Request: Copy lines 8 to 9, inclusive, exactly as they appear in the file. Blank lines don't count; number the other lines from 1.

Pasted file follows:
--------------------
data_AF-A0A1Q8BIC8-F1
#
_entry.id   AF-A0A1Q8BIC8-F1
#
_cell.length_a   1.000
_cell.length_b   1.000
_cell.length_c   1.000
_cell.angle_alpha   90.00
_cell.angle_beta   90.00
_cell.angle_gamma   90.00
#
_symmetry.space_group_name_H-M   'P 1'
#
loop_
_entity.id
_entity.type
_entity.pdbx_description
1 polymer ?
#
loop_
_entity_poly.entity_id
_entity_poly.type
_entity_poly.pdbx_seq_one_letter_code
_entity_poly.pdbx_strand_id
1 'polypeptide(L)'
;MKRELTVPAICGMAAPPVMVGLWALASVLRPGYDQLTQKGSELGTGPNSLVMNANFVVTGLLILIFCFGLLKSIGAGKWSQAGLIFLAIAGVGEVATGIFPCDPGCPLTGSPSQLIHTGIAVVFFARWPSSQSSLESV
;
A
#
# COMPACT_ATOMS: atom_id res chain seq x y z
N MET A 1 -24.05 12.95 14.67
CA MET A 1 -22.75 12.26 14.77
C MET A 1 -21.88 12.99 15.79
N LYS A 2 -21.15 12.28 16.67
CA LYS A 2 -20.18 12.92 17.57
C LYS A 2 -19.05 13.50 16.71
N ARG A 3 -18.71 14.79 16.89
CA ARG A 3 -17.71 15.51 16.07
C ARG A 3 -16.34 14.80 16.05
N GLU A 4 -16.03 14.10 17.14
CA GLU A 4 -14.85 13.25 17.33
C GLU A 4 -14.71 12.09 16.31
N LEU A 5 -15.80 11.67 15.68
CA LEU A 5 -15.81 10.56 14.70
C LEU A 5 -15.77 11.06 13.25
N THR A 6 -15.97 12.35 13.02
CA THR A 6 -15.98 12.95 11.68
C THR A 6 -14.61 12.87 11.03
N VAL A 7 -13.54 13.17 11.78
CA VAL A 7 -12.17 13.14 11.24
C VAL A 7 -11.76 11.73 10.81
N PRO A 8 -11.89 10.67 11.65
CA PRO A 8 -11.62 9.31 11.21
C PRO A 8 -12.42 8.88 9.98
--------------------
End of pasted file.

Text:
_cell.angle_alpha   90.00
_cell.angle_beta   90.00